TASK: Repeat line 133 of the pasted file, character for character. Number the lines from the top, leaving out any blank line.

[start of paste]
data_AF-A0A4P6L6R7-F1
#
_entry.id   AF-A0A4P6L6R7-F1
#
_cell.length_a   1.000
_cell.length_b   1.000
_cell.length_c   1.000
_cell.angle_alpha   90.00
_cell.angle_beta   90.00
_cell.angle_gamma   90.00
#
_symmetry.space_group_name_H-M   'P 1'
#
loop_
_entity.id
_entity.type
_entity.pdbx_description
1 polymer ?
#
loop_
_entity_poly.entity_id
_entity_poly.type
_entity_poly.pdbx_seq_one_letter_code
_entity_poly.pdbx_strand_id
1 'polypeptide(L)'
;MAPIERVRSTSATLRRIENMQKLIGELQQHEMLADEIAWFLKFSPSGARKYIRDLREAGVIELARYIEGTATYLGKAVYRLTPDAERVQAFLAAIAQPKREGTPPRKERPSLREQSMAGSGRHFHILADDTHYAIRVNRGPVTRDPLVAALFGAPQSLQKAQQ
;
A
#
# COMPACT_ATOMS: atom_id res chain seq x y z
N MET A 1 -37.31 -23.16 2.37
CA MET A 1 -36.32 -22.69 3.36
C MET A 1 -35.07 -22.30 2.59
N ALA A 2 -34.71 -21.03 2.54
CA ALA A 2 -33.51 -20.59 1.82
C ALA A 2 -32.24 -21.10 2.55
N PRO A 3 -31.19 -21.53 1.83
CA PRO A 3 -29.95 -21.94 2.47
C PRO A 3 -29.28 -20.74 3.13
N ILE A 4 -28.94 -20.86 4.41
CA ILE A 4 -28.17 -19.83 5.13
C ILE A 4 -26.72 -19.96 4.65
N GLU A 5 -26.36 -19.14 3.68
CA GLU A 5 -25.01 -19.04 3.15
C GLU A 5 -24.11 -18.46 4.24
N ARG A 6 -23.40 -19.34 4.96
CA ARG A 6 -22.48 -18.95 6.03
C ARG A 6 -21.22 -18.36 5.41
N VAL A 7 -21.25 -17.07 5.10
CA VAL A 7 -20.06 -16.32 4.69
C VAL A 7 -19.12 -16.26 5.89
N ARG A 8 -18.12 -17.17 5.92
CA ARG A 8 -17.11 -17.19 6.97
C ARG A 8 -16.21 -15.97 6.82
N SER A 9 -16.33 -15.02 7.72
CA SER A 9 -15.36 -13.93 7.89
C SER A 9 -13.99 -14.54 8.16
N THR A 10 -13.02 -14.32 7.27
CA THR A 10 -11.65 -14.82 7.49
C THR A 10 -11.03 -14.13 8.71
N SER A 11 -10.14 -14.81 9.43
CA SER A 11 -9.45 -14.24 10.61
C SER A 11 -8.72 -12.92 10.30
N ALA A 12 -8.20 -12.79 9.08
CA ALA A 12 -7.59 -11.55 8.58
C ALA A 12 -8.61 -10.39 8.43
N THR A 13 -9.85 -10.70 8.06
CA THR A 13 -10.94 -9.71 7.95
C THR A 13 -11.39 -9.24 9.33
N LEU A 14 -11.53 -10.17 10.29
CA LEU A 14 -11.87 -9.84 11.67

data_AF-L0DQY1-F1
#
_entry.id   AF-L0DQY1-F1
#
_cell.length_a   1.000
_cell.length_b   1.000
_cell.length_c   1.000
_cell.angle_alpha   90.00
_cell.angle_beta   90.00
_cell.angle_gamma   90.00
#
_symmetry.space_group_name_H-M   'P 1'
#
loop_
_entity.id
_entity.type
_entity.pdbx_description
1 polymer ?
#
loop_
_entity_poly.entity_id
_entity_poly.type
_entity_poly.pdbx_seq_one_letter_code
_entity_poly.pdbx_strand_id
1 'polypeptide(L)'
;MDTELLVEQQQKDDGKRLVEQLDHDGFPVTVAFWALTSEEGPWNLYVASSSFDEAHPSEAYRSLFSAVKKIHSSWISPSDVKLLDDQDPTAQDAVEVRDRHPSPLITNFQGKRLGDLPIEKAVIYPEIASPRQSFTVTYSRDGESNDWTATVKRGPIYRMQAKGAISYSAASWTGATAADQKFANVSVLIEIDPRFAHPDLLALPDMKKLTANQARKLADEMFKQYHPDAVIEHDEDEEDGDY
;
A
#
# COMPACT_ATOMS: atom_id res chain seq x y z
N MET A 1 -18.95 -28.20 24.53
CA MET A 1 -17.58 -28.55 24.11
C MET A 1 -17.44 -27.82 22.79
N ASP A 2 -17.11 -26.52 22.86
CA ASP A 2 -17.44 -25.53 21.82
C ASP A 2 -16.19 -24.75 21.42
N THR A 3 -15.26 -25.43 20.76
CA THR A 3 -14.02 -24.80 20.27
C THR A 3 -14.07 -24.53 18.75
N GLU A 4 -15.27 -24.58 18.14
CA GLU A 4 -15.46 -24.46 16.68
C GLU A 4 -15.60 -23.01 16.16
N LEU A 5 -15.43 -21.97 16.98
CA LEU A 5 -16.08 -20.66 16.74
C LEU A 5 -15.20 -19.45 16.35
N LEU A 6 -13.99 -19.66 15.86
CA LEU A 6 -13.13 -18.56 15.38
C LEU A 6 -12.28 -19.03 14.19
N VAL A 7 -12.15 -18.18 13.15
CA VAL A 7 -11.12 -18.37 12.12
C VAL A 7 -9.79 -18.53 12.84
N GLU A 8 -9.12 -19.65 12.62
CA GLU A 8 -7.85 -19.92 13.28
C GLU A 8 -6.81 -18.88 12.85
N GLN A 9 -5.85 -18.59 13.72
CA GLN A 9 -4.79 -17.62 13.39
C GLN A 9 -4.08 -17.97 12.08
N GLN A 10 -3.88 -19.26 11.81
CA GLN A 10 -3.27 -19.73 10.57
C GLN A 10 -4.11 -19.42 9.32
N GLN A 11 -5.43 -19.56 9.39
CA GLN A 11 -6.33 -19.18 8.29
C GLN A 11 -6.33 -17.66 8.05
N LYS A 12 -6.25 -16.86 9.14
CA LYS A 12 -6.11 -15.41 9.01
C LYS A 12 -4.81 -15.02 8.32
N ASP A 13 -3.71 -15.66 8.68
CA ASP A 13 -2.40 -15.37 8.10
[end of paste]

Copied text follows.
CA GLN A 11 -6.33 -19.18 8.29